Date of Award

Winter 2016

Project Type


Program or Major


Degree Name

Doctor of Philosophy

First Advisor

Ju-Chin Huang

Second Advisor

John Halstead

Third Advisor

Porter Hoagland


This dissertation focuses on the methodological development, evaluation and applications of non-market valuation techniques in environmental economics. The first essay reviews 38 studies on the valuation of beach proximity using hedonic property value models since the 1980s. I find that choice of control variables and site characteristics are significant determinants of the value estimates. Therefore, the meta-analysis benefit transfer that incorporates site characteristics is much more preferred than the other benefit transfer methods, such as the direct value transfer and function transfer.

The second essay seeks to address the sampling bias in the analysis of on-site survey data. I propose two alternative empirical approaches that both utilize the sample distribution and treat the endogenous stratification and truncation issues separately. My Monte Carlo simulation shows that the proposed empirical approaches can better correct the bias when the population distribution deviates from the assumed distributions in the standard models. A case study of the recreation demand for coastal beaches on Plum Island, Massachusetts, is presented using the alternative correction methods.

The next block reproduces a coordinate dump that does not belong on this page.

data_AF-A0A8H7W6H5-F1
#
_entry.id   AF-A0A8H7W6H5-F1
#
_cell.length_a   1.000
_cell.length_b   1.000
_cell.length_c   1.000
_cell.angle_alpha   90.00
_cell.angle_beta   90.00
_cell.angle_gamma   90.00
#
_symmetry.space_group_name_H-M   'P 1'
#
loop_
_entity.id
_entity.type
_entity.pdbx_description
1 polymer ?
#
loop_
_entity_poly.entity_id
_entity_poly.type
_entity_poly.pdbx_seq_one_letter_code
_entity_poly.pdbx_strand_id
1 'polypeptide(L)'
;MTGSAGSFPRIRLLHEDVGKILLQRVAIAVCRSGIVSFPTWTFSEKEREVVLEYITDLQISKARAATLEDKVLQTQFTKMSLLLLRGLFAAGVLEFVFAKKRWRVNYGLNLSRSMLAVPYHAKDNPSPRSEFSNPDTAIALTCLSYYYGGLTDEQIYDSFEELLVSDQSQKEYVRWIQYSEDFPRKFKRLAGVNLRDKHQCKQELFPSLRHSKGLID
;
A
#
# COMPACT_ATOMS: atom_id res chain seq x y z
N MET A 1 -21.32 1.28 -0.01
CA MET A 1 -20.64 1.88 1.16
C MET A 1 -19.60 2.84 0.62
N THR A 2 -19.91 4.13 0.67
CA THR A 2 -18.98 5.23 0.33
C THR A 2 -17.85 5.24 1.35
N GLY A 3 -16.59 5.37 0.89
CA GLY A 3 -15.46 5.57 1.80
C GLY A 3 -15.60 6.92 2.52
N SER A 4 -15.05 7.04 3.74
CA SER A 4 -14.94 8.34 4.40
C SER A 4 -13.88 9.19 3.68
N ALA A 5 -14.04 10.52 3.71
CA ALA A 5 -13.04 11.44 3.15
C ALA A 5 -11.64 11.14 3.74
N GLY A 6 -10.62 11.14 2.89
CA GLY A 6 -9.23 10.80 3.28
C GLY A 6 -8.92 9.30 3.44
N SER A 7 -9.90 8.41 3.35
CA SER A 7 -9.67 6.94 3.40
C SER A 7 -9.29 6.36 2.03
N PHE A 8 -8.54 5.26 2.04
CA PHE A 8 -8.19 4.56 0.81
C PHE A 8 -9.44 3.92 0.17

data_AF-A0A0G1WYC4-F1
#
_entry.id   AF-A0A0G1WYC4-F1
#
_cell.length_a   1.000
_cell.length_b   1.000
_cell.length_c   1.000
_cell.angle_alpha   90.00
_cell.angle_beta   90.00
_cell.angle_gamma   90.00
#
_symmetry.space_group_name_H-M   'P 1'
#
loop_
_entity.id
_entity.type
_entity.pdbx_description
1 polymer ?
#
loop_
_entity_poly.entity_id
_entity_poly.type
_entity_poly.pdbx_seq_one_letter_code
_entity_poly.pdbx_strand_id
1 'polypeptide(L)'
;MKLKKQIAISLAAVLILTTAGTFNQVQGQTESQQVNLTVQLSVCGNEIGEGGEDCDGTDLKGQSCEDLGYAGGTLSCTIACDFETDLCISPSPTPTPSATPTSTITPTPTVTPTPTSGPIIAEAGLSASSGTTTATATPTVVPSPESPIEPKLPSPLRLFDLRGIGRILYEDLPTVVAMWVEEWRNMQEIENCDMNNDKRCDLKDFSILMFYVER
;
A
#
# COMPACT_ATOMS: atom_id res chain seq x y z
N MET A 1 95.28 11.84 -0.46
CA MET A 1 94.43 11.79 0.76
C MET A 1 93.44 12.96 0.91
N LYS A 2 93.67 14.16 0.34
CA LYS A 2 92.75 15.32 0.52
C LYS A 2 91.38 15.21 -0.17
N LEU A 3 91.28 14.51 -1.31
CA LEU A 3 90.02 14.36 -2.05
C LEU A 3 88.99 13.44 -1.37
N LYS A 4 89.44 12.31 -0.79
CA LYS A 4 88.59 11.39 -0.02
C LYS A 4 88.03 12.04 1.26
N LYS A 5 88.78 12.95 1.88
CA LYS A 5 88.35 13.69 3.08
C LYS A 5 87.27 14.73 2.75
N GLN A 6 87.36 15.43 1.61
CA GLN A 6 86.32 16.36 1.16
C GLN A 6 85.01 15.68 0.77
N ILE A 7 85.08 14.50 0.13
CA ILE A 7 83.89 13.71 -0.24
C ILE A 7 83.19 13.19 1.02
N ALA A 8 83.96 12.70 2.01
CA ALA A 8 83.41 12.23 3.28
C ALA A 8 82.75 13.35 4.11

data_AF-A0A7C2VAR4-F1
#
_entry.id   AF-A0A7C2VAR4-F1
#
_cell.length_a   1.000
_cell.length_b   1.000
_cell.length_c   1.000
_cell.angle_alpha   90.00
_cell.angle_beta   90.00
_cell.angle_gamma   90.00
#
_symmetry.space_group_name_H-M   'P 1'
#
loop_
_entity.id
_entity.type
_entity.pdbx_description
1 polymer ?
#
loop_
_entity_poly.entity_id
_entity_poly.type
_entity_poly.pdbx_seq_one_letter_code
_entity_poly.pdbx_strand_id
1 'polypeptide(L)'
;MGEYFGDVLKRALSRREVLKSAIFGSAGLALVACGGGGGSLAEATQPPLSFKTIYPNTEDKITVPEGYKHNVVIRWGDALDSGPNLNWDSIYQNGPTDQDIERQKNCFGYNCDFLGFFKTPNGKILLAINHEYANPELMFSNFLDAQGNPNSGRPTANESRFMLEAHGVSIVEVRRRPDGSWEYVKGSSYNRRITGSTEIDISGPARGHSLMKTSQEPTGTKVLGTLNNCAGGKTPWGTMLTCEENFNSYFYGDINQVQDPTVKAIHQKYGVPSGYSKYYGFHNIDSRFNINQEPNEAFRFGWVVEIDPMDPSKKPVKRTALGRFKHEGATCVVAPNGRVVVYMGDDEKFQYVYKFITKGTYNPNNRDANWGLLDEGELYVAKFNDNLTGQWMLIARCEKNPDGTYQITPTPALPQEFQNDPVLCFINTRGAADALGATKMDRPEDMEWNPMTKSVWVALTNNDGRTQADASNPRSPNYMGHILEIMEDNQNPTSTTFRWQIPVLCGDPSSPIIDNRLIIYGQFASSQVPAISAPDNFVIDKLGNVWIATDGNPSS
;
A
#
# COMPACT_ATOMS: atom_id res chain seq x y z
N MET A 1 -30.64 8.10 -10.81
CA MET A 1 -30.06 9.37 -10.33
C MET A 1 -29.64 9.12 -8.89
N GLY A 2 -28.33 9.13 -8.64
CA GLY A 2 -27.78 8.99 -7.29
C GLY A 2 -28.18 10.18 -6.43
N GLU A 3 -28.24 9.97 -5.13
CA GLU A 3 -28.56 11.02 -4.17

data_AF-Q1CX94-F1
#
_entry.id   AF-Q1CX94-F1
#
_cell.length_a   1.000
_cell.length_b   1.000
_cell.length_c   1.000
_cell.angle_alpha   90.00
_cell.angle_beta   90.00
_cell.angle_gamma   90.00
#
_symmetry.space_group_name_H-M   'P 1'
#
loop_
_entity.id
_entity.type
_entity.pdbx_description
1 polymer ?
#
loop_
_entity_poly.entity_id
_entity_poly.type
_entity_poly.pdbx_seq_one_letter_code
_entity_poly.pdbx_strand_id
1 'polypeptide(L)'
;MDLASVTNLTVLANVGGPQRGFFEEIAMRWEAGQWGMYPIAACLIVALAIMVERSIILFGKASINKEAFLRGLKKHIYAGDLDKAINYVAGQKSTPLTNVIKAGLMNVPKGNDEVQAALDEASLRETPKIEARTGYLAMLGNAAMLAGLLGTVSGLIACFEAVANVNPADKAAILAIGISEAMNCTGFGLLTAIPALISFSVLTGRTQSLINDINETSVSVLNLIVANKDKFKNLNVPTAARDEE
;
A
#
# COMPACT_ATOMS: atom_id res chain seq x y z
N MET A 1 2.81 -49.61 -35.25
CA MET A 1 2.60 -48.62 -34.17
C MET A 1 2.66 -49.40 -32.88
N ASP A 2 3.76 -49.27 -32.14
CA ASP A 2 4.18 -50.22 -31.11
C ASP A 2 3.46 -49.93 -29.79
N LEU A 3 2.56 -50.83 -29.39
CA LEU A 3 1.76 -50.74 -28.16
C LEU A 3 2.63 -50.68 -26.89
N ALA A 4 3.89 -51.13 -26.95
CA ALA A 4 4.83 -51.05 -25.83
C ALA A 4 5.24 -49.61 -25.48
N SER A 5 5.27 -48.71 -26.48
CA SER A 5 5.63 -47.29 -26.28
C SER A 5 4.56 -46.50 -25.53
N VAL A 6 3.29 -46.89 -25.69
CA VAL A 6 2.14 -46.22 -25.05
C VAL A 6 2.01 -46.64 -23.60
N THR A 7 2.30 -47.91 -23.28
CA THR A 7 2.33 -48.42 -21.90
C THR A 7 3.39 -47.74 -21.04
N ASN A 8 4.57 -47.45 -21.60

In the third essay, I empirically test the existence of the status quo effect in choice experiments and its possible determinants using the data on the consumer preferences for locally grown fresh produce in Massachusetts. In addition to individual characteristics, I find that market experience in purchasing locally grown fresh produce significantly reduces the choice of status quo option. The results imply that when analyzing choice experiments data, the inclusion of an alternative specific constant for the status quo option is necessary. In addition, individual characteristics and previous market experience are important determinants of the status quo effect in choice experiments.